Over the last few weeks, the State Department of Mining (SDM) has undergone positive rigorous changes to accelerate the state of mining activities in the nation.
The key to this was the partial lifting of the moratorium, paving the way for the issuance of prospecting and mining licenses. The mining cadastre, an online system for licensing applications, has since been accessible to the public and investors as everyone rushes to make their case.
Artisanal mining activities have also seen the light as a result of these reforms, with the department vowing to provide licenses to those who organize themselves into cooperatives. Structurally speaking, working in a cooperative group can be more beneficial than an individualistic way of working.
This is a call to action for all artisanal mining operations that employ more than one million miners and continue to be a source of livelihood to the precious stones/metals communities in Kenya’s gold and gemstone mining areas.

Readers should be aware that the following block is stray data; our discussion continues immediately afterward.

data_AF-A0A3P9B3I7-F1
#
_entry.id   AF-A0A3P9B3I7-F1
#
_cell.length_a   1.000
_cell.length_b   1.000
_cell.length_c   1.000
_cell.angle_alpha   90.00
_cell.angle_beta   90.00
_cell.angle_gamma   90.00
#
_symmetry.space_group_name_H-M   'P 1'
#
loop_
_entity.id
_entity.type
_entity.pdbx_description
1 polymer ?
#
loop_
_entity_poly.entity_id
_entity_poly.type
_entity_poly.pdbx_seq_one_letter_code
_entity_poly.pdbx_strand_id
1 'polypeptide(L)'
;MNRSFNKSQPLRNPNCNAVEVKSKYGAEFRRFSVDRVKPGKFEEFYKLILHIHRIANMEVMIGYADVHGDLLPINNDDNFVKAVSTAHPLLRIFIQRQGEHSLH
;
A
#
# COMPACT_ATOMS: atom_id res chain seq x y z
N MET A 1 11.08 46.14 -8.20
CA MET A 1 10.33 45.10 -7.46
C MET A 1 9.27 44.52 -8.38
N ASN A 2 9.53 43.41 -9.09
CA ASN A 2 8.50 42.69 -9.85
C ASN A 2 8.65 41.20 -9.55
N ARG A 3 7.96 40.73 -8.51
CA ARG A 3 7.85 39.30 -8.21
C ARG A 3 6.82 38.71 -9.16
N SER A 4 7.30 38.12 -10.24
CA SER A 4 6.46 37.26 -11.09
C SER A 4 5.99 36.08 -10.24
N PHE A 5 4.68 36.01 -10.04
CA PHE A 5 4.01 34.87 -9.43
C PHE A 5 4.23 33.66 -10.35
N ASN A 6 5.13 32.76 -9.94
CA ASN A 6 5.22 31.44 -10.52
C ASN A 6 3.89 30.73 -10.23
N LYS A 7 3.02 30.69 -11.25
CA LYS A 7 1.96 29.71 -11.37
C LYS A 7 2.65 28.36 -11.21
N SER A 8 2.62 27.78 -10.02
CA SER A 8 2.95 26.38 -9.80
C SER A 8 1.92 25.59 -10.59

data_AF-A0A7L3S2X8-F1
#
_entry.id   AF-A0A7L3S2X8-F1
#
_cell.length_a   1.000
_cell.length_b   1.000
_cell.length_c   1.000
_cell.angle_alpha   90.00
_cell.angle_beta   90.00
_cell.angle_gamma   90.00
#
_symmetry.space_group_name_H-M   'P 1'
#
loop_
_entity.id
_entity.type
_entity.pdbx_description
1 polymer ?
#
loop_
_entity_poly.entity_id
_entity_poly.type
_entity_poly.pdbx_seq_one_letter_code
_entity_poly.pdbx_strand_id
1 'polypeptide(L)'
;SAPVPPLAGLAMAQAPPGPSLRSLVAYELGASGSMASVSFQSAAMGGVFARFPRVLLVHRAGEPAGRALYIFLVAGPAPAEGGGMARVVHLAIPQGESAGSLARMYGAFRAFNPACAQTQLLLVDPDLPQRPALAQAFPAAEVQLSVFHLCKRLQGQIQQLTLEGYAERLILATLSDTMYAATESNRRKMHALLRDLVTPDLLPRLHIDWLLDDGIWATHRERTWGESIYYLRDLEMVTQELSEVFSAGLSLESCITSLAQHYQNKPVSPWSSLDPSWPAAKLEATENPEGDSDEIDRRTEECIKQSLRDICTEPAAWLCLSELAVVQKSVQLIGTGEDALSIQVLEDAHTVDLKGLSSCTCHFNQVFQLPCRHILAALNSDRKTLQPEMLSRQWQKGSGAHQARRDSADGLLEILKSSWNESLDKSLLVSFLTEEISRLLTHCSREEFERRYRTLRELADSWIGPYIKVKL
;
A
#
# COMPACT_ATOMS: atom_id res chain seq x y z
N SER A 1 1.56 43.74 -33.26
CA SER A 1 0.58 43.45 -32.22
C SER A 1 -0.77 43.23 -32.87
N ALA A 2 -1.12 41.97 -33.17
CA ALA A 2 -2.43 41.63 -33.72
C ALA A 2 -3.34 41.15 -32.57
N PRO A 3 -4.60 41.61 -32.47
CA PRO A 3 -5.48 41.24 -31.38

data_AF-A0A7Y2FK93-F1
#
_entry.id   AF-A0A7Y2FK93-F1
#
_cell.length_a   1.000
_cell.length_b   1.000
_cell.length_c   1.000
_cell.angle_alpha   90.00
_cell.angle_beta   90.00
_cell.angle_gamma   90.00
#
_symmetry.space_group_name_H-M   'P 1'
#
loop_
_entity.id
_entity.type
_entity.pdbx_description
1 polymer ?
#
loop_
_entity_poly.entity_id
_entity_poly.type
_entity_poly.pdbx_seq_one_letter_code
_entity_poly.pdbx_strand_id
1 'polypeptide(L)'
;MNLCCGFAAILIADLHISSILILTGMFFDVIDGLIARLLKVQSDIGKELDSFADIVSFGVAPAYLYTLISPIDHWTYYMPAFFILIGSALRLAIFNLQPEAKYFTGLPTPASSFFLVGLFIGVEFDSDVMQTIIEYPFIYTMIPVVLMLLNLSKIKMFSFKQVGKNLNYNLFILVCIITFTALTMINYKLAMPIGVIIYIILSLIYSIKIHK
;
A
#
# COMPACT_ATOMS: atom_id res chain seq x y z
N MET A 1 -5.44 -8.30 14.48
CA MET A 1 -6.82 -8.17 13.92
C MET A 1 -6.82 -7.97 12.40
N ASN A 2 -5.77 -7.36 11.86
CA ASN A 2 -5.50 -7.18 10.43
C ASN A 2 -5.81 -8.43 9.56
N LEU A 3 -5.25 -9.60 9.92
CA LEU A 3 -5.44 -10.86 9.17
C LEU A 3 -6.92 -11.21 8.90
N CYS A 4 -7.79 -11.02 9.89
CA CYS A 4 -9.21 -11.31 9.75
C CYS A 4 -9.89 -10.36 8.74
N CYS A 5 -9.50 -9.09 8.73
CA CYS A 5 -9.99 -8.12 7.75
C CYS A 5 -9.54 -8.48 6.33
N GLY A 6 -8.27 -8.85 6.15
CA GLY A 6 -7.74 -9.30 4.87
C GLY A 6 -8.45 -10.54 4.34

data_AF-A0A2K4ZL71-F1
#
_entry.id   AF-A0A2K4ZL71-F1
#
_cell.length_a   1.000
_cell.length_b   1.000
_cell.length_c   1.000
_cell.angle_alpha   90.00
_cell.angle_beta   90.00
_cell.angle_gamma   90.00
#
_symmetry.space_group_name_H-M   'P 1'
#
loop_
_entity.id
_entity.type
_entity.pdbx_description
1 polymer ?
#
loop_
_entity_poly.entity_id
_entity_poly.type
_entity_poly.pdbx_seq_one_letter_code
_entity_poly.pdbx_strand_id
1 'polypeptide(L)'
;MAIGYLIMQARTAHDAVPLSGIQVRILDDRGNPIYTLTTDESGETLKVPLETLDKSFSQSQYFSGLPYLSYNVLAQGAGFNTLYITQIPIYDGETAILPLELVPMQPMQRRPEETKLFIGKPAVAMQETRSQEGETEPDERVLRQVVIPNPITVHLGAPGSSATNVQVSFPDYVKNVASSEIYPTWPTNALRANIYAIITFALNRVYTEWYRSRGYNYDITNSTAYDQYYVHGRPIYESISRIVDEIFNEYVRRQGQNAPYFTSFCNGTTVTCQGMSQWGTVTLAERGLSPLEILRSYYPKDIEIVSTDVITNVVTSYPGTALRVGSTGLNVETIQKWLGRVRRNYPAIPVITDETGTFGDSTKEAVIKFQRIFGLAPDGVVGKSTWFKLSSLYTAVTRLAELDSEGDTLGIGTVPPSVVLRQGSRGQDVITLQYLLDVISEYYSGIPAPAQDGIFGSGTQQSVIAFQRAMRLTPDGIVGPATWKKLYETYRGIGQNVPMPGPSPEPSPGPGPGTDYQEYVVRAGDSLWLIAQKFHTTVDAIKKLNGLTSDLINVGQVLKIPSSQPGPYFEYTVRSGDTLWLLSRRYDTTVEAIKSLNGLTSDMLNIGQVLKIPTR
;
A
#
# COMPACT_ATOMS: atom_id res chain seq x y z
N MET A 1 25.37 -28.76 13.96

ASM Formalization Milestone
The formalization process for artisanal and small-scale mining has been gradual since the 2016 Mining Act which opened the way for this vital sector of the mining economy. Furthermore, artisanal mining committees in 9 counties have so far been gazetted and their operationalization is yet to start due to budget and facilitation of the committee. The committee plays a vital role in issuing and revoking mining permits.
The State Department of Mining (which has since been integrated with the Department of Blue Economy and Maritime Affairs under the new regime) has directed that for an artisanal mining operation to receive a permit, it must be organized into a cooperative. One of the main reasons for such a formation is to ensure easier monitoring to efficiently mitigate the dangers experienced in the mining operations such as mine collapse and harmful chemical exposure in their operations.
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